1 vote
Hank Miller, Agent, Alpharetta, GA
Tue May 29, 2012
Home warranties are an option (we always put them on for buyers) but with any type of warranty they can be filled with loopholes. While they provide a degree of security, I wouldn't make the assumption that they will cover every aspect of the home and everything that could go wrong. To me they are certainly worth the purchase price - just keep them in perspective.

In my experience, structural warranties on existing homes from independent companies are rare. While they're available, I would expect the cost and limitations on existing structures to be significant. In a sense, they will need to warrant something that they have virtually no knowledge of. I would expect any policy to either require a comprehensive engineering inspection ahead of coverage or a cursory inspection with limitations on what they will cover.

Architectural facets can be a concern on existing homes. The market is cyclical as are tastes; designs and materials come and go (think cedar contemporaries, splits, heavy european designs) and buyers will avoid certain designs and building materials (synthetic stucco, PB pipe, LP siding...).

There are clear differences between new and existing homes - clearly the most obvious is the warranty aspect. You will likely have structural warranties as well as warranties on all mechanicals with new homes. Most new homes are good to go for 8-10 years, most existing homes will require "updates" during that same period.

I would reiterate what I said the first time - I always counsel buyers to research the trends in areas first; find those with solid track records as location is paramount. Existing or new, if you have a desirable area and a home with features that the market recognizes as "valuable" then either existing or new will work. Both have positives and negatives and it'll boil down to what works best for you.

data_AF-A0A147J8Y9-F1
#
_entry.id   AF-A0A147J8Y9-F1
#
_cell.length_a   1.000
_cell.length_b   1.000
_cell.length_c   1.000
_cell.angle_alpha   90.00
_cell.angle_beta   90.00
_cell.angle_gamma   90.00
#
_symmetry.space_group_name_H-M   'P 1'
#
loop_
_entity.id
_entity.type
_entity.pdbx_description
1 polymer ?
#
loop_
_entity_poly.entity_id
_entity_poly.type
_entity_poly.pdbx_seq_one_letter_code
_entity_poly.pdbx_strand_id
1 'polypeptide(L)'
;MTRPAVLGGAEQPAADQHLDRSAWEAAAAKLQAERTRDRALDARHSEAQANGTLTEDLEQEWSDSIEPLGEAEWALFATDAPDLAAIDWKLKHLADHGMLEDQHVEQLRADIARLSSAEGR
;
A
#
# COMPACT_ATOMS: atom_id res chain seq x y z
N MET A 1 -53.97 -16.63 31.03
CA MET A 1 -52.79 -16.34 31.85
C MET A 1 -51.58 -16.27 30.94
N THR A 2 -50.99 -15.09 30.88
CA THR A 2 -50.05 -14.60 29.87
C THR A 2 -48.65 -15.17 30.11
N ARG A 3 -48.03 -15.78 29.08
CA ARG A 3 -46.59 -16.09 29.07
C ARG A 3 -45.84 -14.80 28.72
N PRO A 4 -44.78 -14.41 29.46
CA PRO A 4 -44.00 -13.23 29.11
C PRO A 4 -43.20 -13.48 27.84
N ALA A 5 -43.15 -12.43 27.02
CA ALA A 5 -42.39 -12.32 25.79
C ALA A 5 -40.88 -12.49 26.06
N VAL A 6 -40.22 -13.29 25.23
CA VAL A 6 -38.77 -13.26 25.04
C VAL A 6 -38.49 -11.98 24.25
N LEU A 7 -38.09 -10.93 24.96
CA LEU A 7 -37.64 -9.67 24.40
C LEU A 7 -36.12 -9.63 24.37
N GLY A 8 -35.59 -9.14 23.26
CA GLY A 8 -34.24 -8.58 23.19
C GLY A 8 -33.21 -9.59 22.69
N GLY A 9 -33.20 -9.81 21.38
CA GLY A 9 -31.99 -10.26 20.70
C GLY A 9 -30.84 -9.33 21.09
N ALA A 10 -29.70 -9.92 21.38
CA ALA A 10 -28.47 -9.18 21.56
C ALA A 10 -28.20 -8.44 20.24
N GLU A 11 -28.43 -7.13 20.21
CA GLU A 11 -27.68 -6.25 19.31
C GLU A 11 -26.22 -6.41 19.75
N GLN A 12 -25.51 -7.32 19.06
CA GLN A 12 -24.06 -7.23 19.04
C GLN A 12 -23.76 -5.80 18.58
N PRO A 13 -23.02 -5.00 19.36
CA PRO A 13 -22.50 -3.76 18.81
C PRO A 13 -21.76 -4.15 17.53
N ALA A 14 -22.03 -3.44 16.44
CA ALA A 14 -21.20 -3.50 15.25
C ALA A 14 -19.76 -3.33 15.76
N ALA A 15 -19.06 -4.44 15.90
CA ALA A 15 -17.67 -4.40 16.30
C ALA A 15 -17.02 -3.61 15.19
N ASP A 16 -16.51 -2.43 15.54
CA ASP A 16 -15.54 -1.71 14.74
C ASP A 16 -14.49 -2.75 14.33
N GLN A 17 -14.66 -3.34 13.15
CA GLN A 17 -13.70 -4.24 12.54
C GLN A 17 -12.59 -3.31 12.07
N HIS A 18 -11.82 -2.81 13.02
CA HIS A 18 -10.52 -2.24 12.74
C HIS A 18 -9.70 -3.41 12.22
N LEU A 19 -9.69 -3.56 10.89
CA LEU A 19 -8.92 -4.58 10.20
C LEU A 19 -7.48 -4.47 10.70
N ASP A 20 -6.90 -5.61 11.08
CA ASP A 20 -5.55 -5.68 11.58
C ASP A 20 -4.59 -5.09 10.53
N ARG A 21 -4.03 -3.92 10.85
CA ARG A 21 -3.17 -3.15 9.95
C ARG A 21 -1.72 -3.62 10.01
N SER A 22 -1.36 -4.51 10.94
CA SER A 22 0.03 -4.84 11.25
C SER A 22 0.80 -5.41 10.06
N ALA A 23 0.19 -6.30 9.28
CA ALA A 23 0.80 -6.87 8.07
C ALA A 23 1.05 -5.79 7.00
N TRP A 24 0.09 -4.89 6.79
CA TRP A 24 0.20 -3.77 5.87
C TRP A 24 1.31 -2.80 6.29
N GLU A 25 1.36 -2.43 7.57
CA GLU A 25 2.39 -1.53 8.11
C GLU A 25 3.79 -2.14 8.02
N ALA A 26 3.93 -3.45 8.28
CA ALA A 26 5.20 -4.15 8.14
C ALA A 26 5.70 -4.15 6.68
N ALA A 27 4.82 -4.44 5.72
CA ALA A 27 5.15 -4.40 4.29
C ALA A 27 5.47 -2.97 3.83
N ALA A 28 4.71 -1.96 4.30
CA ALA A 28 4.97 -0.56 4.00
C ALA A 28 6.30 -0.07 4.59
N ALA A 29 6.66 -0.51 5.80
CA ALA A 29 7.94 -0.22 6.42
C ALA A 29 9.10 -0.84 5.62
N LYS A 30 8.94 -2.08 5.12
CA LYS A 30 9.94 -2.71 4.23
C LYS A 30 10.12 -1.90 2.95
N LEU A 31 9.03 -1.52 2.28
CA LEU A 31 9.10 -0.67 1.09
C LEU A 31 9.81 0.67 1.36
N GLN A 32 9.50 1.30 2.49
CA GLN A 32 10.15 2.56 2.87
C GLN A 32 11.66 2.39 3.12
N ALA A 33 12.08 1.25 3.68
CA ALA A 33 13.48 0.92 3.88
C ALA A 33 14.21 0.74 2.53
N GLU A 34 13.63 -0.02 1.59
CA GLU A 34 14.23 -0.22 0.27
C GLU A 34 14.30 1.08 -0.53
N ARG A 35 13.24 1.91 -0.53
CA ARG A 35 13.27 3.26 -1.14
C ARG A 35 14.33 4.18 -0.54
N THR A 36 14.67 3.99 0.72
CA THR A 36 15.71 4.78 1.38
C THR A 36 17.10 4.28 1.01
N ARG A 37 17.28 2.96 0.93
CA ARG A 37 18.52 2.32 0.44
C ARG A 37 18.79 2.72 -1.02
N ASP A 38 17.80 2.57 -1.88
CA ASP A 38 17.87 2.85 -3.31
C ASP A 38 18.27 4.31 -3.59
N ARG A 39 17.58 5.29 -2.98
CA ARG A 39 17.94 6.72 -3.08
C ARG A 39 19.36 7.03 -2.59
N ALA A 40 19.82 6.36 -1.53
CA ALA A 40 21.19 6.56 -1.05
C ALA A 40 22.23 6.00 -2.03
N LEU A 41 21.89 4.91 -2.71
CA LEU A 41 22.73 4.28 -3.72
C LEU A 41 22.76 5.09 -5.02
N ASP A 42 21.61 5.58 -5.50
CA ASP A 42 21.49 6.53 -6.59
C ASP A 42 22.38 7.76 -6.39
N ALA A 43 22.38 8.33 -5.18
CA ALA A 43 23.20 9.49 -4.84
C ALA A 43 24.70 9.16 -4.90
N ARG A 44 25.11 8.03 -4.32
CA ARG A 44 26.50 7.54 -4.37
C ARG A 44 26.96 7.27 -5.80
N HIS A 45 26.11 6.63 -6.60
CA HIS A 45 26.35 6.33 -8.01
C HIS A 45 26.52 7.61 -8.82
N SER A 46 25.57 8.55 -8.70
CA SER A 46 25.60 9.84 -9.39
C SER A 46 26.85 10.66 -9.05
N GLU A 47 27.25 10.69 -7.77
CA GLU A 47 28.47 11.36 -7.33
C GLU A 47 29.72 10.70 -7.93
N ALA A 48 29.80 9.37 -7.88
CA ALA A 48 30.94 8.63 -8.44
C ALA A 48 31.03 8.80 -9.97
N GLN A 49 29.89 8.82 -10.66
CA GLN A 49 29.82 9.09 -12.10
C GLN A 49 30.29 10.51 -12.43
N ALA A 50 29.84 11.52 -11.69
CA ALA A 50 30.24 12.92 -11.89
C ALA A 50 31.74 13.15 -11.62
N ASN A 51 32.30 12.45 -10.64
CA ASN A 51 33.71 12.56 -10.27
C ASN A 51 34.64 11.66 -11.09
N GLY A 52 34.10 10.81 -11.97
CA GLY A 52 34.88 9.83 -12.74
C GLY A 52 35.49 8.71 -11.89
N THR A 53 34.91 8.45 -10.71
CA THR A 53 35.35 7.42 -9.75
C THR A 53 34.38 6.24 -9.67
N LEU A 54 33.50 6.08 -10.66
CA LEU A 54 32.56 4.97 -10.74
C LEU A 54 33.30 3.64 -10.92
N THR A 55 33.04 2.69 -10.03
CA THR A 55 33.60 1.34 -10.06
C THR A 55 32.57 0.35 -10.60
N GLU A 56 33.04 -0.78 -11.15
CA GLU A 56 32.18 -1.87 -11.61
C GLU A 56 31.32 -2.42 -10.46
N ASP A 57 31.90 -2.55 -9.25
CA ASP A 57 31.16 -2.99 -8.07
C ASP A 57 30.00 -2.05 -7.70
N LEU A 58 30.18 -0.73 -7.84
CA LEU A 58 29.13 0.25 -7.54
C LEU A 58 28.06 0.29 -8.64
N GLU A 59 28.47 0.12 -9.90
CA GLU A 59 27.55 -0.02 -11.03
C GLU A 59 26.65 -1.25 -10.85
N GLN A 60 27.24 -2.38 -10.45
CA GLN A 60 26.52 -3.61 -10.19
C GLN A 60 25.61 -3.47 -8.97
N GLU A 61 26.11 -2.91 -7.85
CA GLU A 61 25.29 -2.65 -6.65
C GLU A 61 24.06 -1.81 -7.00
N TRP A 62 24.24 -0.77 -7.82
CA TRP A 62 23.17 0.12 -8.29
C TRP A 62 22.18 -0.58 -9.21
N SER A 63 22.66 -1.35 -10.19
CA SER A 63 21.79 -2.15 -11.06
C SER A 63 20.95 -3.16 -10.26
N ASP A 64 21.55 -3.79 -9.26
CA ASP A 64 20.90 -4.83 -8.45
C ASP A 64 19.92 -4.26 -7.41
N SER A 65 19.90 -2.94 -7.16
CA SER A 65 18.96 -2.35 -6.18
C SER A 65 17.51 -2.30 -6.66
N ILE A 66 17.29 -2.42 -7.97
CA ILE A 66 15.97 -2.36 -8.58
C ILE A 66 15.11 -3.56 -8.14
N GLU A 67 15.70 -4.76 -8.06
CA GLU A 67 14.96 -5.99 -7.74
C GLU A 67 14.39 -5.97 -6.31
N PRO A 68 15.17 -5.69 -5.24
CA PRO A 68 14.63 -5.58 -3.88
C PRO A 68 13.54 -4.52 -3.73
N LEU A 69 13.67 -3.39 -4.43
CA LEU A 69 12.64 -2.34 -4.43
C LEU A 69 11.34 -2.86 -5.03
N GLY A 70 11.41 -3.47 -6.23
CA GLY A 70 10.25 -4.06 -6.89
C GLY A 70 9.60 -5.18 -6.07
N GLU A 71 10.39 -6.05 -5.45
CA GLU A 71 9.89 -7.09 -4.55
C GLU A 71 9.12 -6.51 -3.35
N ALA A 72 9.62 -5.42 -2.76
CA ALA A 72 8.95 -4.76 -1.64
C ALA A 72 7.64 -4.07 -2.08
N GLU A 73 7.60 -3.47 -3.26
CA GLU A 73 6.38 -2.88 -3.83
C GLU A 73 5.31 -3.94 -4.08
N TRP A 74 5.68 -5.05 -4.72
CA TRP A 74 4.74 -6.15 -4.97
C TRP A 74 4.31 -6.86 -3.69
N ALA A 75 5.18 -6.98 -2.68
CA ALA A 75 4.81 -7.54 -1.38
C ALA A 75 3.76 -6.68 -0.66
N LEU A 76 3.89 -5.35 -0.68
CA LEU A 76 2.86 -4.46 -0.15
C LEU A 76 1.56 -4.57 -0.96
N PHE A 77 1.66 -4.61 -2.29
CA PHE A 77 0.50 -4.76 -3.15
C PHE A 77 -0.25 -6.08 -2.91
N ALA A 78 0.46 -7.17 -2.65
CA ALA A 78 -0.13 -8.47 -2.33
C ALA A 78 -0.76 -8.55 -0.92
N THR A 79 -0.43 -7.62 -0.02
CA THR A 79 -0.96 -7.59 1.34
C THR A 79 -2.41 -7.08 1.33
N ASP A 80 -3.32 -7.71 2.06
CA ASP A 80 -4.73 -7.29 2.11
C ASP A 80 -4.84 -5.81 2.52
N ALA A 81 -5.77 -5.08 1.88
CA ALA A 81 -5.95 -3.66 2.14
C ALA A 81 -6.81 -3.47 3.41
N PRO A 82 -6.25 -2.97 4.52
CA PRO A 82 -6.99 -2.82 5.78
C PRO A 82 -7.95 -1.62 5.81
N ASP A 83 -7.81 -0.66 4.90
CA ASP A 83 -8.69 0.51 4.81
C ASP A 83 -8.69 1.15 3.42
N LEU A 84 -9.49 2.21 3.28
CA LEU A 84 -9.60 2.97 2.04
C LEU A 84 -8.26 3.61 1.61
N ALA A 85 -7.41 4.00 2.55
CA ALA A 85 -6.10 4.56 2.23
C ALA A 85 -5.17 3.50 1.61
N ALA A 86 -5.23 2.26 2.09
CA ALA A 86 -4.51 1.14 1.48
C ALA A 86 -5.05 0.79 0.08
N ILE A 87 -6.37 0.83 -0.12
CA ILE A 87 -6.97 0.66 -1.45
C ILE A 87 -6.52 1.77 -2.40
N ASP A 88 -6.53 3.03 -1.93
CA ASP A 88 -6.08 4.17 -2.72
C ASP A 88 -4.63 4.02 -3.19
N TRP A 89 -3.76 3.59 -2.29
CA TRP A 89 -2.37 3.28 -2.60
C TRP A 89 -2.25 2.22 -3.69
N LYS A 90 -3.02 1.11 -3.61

Hank
0 votes
Scott Hulen, , 64068
Tue May 29, 2012
Generally speaking new homes are usually built to the most recent IRC. (International residential building code) from 1976 to about 2004 very little in the code changed from an energy saving or even a construction standpoint. But in the last 8 years we have seen significant changes to the code in terms of quality of construction with a huge focus on safety and energy efficiency. I am a new home builder and have seen the changes; energy savings alone on a new energy star rated home vs. one built in 1990 is over 50% better. This means if your electric bill is 300 per month it would drop to 150 per month. In addition the newer materials available on the market add reduced maintenance, even more energy efficiency and an updated look which will not require extensive remodeling for 20-30 years. Great question! Learn more at enerystar.gov or ranshomebuilders.com
0 votes
Pan Ra, Home Buyer, Alpharetta, GA
Mon May 28, 2012
Thank you for the detailed replies, you guys & gals are terrific. I have a follow up question.